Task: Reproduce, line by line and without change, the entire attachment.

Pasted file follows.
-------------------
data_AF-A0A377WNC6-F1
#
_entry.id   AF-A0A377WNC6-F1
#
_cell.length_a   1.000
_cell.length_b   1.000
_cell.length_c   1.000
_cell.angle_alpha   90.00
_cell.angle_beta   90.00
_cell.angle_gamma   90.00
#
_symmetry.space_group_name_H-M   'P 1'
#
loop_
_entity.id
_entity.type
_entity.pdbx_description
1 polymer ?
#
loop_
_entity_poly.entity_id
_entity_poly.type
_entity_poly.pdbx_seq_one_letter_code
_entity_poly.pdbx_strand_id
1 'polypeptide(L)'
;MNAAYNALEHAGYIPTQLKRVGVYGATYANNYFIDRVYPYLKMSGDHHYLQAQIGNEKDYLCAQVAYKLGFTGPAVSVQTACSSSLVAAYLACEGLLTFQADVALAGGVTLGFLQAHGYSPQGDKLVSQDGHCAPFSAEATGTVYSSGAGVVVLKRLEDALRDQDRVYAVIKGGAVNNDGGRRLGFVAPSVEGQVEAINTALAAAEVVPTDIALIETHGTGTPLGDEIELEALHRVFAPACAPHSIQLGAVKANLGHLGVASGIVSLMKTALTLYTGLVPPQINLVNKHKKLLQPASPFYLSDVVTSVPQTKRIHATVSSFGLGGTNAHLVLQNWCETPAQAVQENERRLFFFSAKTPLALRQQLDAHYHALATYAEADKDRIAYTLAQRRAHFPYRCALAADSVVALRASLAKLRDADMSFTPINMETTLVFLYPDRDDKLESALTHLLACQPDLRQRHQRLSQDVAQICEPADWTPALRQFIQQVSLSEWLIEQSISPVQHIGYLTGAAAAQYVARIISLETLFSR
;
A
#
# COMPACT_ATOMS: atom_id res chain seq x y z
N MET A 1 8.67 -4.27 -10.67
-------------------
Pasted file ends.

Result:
data_AF-A0A377WNC6-F1
#
_entry.id   AF-A0A377WNC6-F1
#
_cell.length_a   1.000
_cell.length_b   1.000
_cell.length_c   1.000
_cell.angle_alpha   90.00
_cell.angle_beta   90.00
_cell.angle_gamma   90.00
#
_symmetry.space_group_name_H-M   'P 1'
#
loop_
_entity.id
_entity.type
_entity.pdbx_description
1 polymer ?
#
loop_
_entity_poly.entity_id
_entity_poly.type
_entity_poly.pdbx_seq_one_letter_code
_entity_poly.pdbx_strand_id
1 'polypeptide(L)'
;MNAAYNALEHAGYIPTQLKRVGVYGATYANNYFIDRVYPYLKMSGDHHYLQAQIGNEKDYLCAQVAYKLGFTGPAVSVQTACSSSLVAAYLACEGLLTFQADVALAGGVTLGFLQAHGYSPQGDKLVSQDGHCAPFSAEATGTVYSSGAGVVVLKRLEDALRDQDRVYAVIKGGAVNNDGGRRLGFVAPSVEGQVEAINTALAAAEVVPTDIALIETHGTGTPLGDEIELEALHRVFAPACAPHSIQLGAVKANLGHLGVASGIVSLMKTALTLYTGLVPPQINLVNKHKKLLQPASPFYLSDVVTSVPQTKRIHATVSSFGLGGTNAHLVLQNWCETPAQAVQENERRLFFFSAKTPLALRQQLDAHYHALATYAEADKDRIAYTLAQRRAHFPYRCALAADSVVALRASLAKLRDADMSFTPINMETTLVFLYPDRDDKLESALTHLLACQPDLRQRHQRLSQDVAQICEPADWTPALRQFIQQVSLSEWLIEQSISPVQHIGYLTGAAAAQYVARIISLETLFSR
;
A
#
# COMPACT_ATOMS: atom_id res chain seq x y z
N MET A 1 8.67 -4.27 -10.67